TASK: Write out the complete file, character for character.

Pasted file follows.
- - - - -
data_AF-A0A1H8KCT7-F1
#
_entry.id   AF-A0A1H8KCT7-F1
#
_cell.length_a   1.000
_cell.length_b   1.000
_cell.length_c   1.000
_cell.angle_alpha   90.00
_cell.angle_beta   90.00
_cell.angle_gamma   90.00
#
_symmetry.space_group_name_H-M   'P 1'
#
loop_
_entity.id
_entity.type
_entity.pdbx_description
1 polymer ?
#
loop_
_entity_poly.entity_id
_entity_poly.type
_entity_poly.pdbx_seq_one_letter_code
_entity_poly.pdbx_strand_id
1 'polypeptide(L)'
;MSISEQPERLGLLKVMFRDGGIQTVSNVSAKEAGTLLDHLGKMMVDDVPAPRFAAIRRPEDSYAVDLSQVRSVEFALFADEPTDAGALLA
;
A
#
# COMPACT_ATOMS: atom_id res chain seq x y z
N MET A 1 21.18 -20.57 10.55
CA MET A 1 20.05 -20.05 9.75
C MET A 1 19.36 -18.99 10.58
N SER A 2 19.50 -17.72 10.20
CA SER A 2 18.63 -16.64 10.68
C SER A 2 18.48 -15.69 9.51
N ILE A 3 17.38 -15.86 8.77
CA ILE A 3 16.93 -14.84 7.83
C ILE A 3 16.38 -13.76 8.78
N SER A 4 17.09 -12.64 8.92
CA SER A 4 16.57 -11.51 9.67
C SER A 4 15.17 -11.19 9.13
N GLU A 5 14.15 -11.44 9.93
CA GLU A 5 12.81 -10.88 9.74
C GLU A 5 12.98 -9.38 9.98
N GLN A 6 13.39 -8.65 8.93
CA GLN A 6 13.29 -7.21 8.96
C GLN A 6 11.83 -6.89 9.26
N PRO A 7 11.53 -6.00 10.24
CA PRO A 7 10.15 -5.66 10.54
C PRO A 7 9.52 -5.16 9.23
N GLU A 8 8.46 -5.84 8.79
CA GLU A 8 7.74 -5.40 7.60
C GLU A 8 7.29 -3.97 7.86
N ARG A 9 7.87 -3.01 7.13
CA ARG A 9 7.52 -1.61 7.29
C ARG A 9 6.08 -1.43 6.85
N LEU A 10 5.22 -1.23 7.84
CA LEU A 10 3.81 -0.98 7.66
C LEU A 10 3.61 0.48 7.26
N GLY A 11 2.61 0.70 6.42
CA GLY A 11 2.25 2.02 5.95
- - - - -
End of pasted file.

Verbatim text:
data_AF-A0A1H8KCT7-F1
#
_entry.id   AF-A0A1H8KCT7-F1
#
_cell.length_a   1.000
_cell.length_b   1.000
_cell.length_c   1.000
_cell.angle_alpha   90.00
_cell.angle_beta   90.00
_cell.angle_gamma   90.00
#
_symmetry.space_group_name_H-M   'P 1'
#
loop_
_entity.id
_entity.type
_entity.pdbx_description
1 polymer ?
#
loop_
_entity_poly.entity_id
_entity_poly.type
_entity_poly.pdbx_seq_one_letter_code
_entity_poly.pdbx_strand_id
1 'polypeptide(L)'
;MSISEQPERLGLLKVMFRDGGIQTVSNVSAKEAGTLLDHLGKMMVDDVPAPRFAAIRRPEDSYAVDLSQVRSVEFALFADEPTDAGALLA
;
A
#
# COMPACT_ATOMS: atom_id res chain seq x y z
N MET A 1 21.18 -20.57 10.55
CA MET A 1 20.05 -20.05 9.75
C MET A 1 19.36 -18.99 10.58
N SER A 2 19.50 -17.72 10.20
CA SER A 2 18.63 -16.64 10.68
C SER A 2 18.48 -15.69 9.51
N ILE A 3 17.38 -15.86 8.77
CA ILE A 3 16.93 -14.84 7.83
C ILE A 3 16.38 -13.76 8.78
N SER A 4 17.09 -12.64 8.92
CA SER A 4 16.57 -11.51 9.67
C SER A 4 15.17 -11.19 9.13
N GLU A 5 14.15 -11.44 9.93
CA GLU A 5 12.81 -10.88 9.74
C GLU A 5 12.98 -9.38 9.98
N GLN A 6 13.39 -8.65 8.93
CA GLN A 6 13.29 -7.21 8.96
C GLN A 6 11.83 -6.89 9.26
N PRO A 7 11.53 -6.00 10.24
CA PRO A 7 10.15 -5.66 10.54
C PRO A 7 9.52 -5.16 9.23
N GLU A 8 8.46 -5.84 8.79
CA GLU A 8 7.74 -5.40 7.60
C GLU A 8 7.29 -3.97 7.86
N ARG A 9 7.87 -3.01 7.13
CA ARG A 9 7.52 -1.61 7.29
C ARG A 9 6.08 -1.43 6.85
N LEU A 10 5.22 -1.23 7.84
CA LEU A 10 3.81 -0.98 7.66
C LEU A 10 3.61 0.48 7.26
N GLY A 11 2.61 0.70 6.42
CA GLY A 11 2.25 2.02 5.95